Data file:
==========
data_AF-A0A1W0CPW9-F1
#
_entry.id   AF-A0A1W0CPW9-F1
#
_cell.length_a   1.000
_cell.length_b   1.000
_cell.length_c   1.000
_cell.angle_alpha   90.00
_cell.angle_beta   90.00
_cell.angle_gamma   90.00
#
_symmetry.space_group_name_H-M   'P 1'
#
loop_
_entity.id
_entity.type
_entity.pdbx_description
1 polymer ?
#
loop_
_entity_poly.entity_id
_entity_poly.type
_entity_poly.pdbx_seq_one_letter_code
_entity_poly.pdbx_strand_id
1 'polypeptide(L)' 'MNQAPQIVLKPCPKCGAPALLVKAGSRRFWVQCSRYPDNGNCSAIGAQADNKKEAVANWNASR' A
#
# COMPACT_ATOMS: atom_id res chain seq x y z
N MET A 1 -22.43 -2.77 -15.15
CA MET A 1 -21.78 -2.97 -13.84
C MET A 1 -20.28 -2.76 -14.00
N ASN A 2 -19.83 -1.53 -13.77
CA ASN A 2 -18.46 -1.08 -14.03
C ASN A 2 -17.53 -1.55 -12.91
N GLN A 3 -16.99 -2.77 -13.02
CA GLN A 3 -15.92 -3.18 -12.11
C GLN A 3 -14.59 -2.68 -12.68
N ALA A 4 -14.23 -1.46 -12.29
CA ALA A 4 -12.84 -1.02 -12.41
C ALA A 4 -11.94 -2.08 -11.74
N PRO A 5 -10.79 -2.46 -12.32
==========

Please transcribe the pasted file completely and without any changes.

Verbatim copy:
data_AF-A0A1W0CPW9-F1
#
_entry.id   AF-A0A1W0CPW9-F1
#
_cell.length_a   1.000
_cell.length_b   1.000
_cell.length_c   1.000
_cell.angle_alpha   90.00
_cell.angle_beta   90.00
_cell.angle_gamma   90.00
#
_symmetry.space_group_name_H-M   'P 1'
#
loop_
_entity.id
_entity.type
_entity.pdbx_description
1 polymer ?
#
loop_
_entity_poly.entity_id
_entity_poly.type
_entity_poly.pdbx_seq_one_letter_code
_entity_poly.pdbx_strand_id
1 'polypeptide(L)' 'MNQAPQIVLKPCPKCGAPALLVKAGSRRFWVQCSRYPDNGNCSAIGAQADNKKEAVANWNASR' A
#
# COMPACT_ATOMS: atom_id res chain seq x y z
N MET A 1 -22.43 -2.77 -15.15
CA MET A 1 -21.78 -2.97 -13.84
C MET A 1 -20.28 -2.76 -14.00
N ASN A 2 -19.83 -1.53 -13.77
CA ASN A 2 -18.46 -1.08 -14.03
C ASN A 2 -17.53 -1.55 -12.91
N GLN A 3 -16.99 -2.77 -13.02
CA GLN A 3 -15.92 -3.18 -12.11
C GLN A 3 -14.59 -2.68 -12.68
N ALA A 4 -14.23 -1.46 -12.29
CA ALA A 4 -12.84 -1.02 -12.41
C ALA A 4 -11.94 -2.08 -11.74
N PRO A 5 -10.79 -2.46 -12.32